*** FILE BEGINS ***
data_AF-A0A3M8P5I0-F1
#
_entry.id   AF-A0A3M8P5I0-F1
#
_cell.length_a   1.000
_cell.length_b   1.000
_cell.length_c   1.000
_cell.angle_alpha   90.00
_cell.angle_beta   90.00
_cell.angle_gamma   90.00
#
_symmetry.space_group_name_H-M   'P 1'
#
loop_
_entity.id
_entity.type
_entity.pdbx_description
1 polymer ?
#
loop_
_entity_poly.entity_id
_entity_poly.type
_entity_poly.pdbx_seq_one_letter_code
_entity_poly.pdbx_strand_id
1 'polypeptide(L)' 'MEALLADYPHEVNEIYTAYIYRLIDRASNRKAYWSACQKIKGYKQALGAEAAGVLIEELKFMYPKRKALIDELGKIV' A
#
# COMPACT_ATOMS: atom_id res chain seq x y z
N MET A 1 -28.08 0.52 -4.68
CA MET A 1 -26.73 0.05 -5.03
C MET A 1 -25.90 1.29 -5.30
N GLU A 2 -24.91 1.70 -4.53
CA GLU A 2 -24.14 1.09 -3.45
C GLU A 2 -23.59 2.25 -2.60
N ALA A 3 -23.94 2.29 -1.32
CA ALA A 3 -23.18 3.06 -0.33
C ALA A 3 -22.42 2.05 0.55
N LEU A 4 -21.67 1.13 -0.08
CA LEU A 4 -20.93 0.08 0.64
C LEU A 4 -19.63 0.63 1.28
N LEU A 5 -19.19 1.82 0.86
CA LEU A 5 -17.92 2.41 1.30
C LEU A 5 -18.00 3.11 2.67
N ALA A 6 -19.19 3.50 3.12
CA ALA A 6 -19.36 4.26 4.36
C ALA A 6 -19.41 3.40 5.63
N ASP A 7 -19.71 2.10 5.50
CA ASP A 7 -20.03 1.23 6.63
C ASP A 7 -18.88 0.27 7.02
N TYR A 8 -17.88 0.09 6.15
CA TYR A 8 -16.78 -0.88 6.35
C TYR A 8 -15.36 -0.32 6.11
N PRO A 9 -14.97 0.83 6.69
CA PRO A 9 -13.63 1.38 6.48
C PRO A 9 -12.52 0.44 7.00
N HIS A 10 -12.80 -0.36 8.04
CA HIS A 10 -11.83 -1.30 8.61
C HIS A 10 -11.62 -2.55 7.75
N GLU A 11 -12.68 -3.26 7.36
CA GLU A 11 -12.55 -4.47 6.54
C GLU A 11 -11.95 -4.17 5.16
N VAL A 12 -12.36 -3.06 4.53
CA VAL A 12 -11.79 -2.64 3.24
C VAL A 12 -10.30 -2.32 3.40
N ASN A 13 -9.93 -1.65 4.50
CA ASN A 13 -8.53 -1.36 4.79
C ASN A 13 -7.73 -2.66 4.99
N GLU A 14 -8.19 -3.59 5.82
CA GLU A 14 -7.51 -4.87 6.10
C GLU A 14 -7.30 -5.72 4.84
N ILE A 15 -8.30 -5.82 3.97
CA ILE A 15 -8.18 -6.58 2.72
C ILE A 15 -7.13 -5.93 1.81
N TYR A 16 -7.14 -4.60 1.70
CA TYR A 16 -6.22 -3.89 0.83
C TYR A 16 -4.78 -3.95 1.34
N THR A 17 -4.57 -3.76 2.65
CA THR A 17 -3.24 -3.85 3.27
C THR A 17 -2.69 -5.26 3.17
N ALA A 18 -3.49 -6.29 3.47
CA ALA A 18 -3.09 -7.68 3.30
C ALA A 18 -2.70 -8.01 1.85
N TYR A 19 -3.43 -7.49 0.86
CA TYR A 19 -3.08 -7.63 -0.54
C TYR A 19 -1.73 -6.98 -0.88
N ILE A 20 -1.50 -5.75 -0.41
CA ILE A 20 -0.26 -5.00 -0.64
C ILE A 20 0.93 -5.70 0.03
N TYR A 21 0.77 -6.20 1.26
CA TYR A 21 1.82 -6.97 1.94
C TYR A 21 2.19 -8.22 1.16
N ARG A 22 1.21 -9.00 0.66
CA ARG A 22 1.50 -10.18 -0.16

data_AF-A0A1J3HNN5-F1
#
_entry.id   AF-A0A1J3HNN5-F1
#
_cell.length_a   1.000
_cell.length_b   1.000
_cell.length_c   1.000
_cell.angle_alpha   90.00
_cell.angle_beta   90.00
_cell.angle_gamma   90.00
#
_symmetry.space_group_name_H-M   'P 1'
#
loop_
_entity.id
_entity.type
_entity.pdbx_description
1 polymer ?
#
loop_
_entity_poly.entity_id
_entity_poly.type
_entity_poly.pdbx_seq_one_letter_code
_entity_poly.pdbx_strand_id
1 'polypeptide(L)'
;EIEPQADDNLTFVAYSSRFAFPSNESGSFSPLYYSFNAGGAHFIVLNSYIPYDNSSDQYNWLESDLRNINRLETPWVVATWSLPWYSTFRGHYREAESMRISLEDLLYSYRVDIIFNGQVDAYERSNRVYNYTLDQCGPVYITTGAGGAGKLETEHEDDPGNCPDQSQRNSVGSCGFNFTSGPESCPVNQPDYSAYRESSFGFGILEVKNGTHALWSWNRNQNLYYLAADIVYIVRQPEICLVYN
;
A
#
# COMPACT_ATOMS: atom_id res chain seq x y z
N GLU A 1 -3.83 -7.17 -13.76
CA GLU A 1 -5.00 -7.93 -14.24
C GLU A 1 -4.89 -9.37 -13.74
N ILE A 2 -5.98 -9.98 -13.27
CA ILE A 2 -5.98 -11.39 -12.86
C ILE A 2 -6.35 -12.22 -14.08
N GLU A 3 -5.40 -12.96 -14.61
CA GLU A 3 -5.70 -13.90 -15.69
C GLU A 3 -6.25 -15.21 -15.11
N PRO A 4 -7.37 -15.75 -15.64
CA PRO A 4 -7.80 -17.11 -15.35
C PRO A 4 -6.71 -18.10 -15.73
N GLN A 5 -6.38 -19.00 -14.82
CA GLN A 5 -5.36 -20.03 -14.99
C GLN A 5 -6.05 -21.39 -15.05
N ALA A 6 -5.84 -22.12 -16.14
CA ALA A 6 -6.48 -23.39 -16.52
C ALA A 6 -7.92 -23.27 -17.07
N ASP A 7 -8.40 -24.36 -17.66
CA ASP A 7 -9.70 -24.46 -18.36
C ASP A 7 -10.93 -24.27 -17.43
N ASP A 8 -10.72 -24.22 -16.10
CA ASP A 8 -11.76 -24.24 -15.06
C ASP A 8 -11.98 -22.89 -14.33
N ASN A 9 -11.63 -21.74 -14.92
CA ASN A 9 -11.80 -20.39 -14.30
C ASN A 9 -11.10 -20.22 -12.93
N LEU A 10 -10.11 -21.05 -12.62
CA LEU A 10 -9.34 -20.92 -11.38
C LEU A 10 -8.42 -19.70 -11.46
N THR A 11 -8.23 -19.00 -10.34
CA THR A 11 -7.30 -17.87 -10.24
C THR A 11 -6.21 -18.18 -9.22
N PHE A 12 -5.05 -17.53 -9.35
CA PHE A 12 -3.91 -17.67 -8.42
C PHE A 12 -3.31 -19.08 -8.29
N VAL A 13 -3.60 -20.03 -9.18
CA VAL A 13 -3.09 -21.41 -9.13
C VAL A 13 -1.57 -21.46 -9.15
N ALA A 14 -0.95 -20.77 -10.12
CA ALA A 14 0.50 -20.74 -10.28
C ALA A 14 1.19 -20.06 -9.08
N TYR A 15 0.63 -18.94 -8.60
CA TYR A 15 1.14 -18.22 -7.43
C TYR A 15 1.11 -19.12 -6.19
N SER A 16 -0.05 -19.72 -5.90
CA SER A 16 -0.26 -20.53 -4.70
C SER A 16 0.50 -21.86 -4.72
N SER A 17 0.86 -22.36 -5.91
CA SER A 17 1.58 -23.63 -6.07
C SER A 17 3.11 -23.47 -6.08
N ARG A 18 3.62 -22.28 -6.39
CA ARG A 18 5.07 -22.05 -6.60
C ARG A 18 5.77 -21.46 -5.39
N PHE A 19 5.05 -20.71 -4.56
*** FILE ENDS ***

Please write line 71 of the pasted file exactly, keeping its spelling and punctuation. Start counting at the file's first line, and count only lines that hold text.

CA ILE A 15 -8.18 -6.58 2.72